franko
franko
12 years ago

Bout time to change the topic, no?

I'm so pumped about the likelyhood of our RE market starting to tank that I can barely contain myself, and we're screwing around with some intricacies of this translink stuff.

Krrish2
Krrish2
12 years ago

BDK,

m waiting for statscan report and mbz4sure dh.

vanguy
vanguy
12 years ago

I think that Translink is right to want to keep some of the increased value that a new transit line will bring to an area. But like all things the devil is in the details. Do you they intend to actually develop land? I hope not because from having worked with some Translink people, you wouldn't believe the overpaid, under-worked attitude of that place. There is a lot of public-sector padding in Translink and to me it's not all akin to the lean, mean attitudes of the developers I've met. I imagine they'll partner with developers, and just cream a % off the top. But where it gets tricky is the conflicts of interest now inherent in the planning process. Do the planners put a stop at a location because Translink already owns the land, or do they try and… Read more »

Burden of Proof
Burden of Proof
12 years ago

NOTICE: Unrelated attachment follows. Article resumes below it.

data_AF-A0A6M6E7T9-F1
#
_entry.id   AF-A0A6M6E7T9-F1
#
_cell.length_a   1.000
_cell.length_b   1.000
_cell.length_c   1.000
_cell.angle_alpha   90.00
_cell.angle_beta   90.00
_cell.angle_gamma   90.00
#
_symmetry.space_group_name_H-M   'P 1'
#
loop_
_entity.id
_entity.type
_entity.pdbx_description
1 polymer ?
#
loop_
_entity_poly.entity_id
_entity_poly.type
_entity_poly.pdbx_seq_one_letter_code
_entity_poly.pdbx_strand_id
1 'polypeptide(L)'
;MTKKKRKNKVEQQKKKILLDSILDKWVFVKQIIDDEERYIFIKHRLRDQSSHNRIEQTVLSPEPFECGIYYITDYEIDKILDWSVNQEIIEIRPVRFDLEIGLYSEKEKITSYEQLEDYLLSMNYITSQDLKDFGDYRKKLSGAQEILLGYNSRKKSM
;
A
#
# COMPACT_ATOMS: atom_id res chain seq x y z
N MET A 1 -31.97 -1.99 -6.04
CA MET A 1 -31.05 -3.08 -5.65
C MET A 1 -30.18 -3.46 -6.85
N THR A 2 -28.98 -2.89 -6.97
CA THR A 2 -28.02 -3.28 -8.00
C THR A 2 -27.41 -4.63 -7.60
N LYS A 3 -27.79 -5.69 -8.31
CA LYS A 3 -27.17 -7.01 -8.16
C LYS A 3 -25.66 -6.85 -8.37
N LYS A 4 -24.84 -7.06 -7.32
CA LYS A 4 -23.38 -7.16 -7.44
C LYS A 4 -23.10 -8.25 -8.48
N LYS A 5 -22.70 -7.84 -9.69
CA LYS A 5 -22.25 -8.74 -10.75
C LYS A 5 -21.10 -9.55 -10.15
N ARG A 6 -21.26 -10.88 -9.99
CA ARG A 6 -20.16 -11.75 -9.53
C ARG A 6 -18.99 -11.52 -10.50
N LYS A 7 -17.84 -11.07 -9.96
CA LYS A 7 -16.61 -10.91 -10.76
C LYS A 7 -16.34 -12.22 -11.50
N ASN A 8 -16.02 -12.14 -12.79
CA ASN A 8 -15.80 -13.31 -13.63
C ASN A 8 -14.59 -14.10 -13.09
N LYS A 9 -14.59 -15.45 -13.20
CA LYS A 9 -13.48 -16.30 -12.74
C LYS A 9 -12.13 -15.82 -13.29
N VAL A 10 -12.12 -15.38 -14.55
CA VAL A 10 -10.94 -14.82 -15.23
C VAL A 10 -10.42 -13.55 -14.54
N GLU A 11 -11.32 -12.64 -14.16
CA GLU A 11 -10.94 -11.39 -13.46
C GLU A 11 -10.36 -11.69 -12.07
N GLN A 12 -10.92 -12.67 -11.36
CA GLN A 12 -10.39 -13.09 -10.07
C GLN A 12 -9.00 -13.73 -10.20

Mold City,

Timing a speculative market is easier with stocks and commodities because there are many indicators and technical tools to help you do that.

How do you time the speculative RE market? You could use some of the same tools – although in RE they are more limited.

In my view, we have just in the last month received the first technical indicator of a top in the RE market: affordability is at an 18 year low. Therefore, affordability is just now what it was when the last bubble burst. Until this month, prices still had a way to go before comming up against a historical cealing.

gah
gah
12 years ago

"If profit from real estate related deals will help transit, wouldn’t a downturn in the market potentially hurt transit?"

No, that is what taxpayers are for!

Mold City
Mold City
12 years ago

..And if privatization is the cure to all the worlds woes, why not turn a profit on everything? Roads, police service, etc. Sell the roads off and let companies put tollbooths at every intersection. Have police service available to the highest bidder. Imagine the profit opportunities!

Mold City
Mold City
12 years ago

Burden of Proof – thanks for the reasonable post, my question is how can you time a speculation driven market? To keep this on topic it appears that Translink is jumping into local real estate when its being driven by nothing but speculation. If profit from real estate related deals will help transit, wouldn't a downturn in the market potentially hurt transit?

Krrish2
Krrish2
12 years ago

Krishh

"People with retardation always deny being retarded."

You don't understand what you're saying, you just type words and think it looks good. You ran away yesterday saying you need a few months to figure stuff out, what're you doing back again?

Krrish2
Krrish2
12 years ago

Vancouver Real Estate is one and the only option for this world to invest,The city of best ever "eclipse" in R.E.Vancouver,B.C.bpe.